Protect Against CSRF Attacks

In a Cross Site Request Forgery (CSRF) attack, a user unknowingly executes a malicious request on a website where they are authenticated. A CSRF attack usually includes a link or script in a web page. When a user accesses the link or script, the page executes an HTTP request on the site where the user is authenticated.

CSRF attacks interact with HTTP requests as follows:

  • CSRF attacks can execute POST, PUT, and DELETE requests on the targeted server. For example, a CSRF attack can transfer funds out of a bank account or change a user’s password.

  • Because of same-origin policy, CSRF attacks cannot access any response from the targeted server.

When IG processes POST, PUT, and DELETE requests, it checks a custom HTTP header in the request. If a CSRF token is not present in the header or not valid, IG rejects the request and returns a valid CSRF token in the response.

Rogue websites that attempt CSRF attacks operate in a different website domain to the targeted website. Because of same-origin policy, rogue websites can’t access a response from the targeted website, and cannot, therefore, access the response or CSRF token.

The following example shows the data flow when an authenticated user sends a POST request to an application protected against CSRF:

csrf-legit

The following example shows the data flow when an authenticated user sends a POST request from a rogue site to an application protected against CSRF:

csrf-ilegit
Protect Against CSRF Attacks
  1. Set up SSO, so that AM authenticates users to the sample app through IG:

    1. Set up AM and IG as described in Authenticate With SSO Through the Default Authentication Service.

    2. Remove the condition in sso.json, so that the route matches all requests:

      "condition": "${matches(request.uri.path, '^/home/sso')}"
  2. Test the setup without CSRF protection:

    1. Go to http://openig.example.com:8080/bank/index, and log in to the Sample App Bank through AM, as user demo, password Ch4ng31t.

    2. Send a bank transfer of $10 to Bob, and note that the transfer is successful.

    3. Go to http://localhost:8081/bank/attack-autosubmit to simulate a CSRF attack.

      When you access this page, a hidden HTML form is automatically submitted to transfer $1000 to the rogue user, using the IG session cookie to authenticate to the bank.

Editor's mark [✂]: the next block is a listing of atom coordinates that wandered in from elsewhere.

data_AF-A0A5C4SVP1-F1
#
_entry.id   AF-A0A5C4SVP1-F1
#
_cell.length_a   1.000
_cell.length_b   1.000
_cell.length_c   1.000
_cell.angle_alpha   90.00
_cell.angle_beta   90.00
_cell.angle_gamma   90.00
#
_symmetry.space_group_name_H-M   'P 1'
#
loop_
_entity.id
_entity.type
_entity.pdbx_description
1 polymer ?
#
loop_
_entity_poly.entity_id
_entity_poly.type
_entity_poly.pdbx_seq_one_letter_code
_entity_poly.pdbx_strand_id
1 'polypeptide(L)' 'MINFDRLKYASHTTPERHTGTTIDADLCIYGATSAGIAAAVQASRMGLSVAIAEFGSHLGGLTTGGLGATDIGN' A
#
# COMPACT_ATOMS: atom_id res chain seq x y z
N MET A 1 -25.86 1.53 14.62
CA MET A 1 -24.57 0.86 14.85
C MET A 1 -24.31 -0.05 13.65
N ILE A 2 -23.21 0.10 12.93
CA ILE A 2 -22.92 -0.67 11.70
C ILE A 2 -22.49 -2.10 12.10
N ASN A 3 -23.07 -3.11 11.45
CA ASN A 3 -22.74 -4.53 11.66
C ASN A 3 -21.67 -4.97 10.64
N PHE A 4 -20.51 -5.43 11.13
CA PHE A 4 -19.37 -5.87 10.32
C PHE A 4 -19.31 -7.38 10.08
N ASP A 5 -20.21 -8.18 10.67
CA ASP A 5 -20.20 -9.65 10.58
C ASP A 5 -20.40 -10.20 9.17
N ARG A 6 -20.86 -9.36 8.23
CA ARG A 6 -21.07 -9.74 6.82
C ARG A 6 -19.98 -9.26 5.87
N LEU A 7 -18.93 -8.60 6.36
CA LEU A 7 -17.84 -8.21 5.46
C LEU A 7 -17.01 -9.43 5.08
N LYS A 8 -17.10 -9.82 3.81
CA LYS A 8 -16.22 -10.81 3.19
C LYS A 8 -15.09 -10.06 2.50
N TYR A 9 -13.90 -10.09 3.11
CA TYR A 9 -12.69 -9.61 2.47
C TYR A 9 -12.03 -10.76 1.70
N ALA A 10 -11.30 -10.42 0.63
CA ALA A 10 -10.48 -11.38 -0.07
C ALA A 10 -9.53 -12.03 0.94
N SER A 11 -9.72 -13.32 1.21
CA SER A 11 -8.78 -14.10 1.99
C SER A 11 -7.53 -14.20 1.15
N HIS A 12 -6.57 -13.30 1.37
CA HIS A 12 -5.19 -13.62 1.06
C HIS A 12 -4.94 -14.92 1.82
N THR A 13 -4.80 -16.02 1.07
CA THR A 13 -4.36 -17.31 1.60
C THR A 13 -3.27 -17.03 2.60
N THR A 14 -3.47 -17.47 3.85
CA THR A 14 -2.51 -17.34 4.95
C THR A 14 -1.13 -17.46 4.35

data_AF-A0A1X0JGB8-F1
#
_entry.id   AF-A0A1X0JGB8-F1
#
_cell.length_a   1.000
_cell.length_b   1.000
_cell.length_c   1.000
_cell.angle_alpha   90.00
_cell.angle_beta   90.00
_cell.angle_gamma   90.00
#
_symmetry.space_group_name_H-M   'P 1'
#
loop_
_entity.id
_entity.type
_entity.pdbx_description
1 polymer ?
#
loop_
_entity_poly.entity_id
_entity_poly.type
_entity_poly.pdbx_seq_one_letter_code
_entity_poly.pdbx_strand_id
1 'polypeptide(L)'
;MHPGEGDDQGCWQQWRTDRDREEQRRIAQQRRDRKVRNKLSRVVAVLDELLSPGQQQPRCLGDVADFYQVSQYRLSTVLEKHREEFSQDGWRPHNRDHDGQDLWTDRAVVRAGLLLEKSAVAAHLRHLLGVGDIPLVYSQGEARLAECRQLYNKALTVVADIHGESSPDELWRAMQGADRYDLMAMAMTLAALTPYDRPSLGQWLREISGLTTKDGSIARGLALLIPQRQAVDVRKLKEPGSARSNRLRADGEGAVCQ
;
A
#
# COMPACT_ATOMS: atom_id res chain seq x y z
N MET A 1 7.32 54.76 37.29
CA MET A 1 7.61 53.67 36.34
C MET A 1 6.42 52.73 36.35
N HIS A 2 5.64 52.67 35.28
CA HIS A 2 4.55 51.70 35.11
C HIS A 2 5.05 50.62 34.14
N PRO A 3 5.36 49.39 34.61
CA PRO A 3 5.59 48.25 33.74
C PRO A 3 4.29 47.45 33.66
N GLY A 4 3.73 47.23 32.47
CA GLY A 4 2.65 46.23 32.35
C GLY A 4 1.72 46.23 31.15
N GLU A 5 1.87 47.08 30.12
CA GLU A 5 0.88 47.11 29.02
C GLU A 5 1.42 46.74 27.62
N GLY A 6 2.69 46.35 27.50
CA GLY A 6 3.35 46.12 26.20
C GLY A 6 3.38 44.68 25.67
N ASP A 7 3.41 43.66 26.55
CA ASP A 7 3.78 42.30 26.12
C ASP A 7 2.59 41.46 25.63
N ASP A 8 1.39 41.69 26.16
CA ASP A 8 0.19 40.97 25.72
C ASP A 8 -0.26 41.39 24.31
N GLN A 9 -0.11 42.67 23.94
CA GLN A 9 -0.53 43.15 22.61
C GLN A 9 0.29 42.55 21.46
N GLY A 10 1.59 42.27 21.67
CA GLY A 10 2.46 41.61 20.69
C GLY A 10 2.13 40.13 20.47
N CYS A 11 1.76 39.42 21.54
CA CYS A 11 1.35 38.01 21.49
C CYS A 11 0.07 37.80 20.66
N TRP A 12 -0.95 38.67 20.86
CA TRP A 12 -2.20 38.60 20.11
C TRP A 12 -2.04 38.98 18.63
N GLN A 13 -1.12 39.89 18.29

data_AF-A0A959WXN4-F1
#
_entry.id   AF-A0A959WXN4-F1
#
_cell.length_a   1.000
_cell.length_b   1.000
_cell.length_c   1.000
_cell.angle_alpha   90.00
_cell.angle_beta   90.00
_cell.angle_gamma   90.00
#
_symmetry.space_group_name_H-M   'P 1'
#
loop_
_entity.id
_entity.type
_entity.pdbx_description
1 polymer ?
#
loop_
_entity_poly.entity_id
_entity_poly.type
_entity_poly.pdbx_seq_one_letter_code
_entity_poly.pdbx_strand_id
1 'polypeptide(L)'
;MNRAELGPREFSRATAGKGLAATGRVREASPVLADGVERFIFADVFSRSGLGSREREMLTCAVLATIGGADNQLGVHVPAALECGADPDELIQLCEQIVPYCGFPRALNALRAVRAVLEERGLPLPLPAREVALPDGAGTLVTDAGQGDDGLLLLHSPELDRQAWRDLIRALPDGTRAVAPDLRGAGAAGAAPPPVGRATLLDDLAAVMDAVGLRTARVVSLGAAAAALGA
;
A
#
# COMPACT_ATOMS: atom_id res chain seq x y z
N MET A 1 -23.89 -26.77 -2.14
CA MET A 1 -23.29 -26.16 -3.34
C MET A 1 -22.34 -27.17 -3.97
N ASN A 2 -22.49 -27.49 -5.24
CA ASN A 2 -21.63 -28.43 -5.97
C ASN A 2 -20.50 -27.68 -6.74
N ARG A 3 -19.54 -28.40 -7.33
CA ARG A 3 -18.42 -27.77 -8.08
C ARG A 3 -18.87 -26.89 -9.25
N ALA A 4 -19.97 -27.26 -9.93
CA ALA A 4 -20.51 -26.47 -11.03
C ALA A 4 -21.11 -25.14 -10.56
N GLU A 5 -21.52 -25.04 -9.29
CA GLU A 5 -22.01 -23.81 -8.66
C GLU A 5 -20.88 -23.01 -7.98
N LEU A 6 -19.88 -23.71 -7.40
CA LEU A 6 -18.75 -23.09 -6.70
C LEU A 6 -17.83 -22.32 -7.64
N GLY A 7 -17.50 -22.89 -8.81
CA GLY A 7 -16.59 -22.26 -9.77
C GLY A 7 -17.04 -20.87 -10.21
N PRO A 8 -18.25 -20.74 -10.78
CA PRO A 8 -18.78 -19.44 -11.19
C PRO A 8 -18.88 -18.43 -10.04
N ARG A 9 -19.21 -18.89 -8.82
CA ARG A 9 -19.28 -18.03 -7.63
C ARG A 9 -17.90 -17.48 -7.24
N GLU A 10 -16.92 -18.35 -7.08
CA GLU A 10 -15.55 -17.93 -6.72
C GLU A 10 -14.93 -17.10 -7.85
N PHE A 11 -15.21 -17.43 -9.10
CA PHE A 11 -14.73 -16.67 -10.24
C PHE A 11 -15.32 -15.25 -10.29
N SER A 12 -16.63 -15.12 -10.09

In the bank transaction history, note that $1000 has been debited.

  3. Test the setup with CSRF protection:

    1. In IG, replace sso.json with the following route:

      {
        "name": "Csrf",
        "baseURI": "http://app.example.com:8081",
        "heap": [
          {
            "name": "SystemAndEnvSecretStore-1",
            "type": "SystemAndEnvSecretStore"
          },
          {
            "name": "AmService-1",
            "type": "AmService",
            "config": {
              "agent": {
                "username": "ig_agent",
                "passwordSecretId": "agent.secret.id"
              },
              "secretsProvider": "SystemAndEnvSecretStore-1",
              "url": "http://openam.example.com:8088/openam/",
              "version": "7.1"
            }
          },
          {
            "name": "FailureHandler-1",
            "type": "StaticResponseHandler",
            "config": {
              "status": 403,
              "headers": {
                "Content-Type": [ "text/plain" ]
              },
              "entity": "Request forbidden"
            }
          }
        ],
        "handler": {
          "type": "Chain",
          "config": {
            "filters": [
              {
                "name": "SingleSignOnFilter-1",
                "type": "SingleSignOnFilter",
                "config": {
                  "amService": "AmService-1"
                }
              },
              {
                "name": "CsrfFilter-1",
                "type": "CsrfFilter",
                "config": {
                  "cookieName": "iPlanetDirectoryPro",
                  "failureHandler": "FailureHandler-1"
                }
              }
            ],
            "handler": "ReverseProxyHandler"
          }
        }
      }

      Notice the following features of the route compared to sso.json:

      • The CsrfFilter checks the AM session cookie for the X-CSRF-Token header. If a CSRF token is not present in the header or not valid, the filter rejects the request and provides a valid CSRF token in the header.

    2. Go to http://openig.example.com:8080/bank/index, and send a bank transfer of $10 to Alice.

      Because there is no CSRF token, IG responds with an HTTP 403, and provides the token.

    3. Send the transfer again, and note that because the CSRF token is provided the transfer is successful.

    4. Go to http://localhost:8081/bank/attack-autosubmit to automatically send a rogue transfer.

      Because there is no CSRF token, IG rejects the request and provides the CSRF token. However, because the rogue site is in a different domain to openig.example.com it can’t access the CSRF token.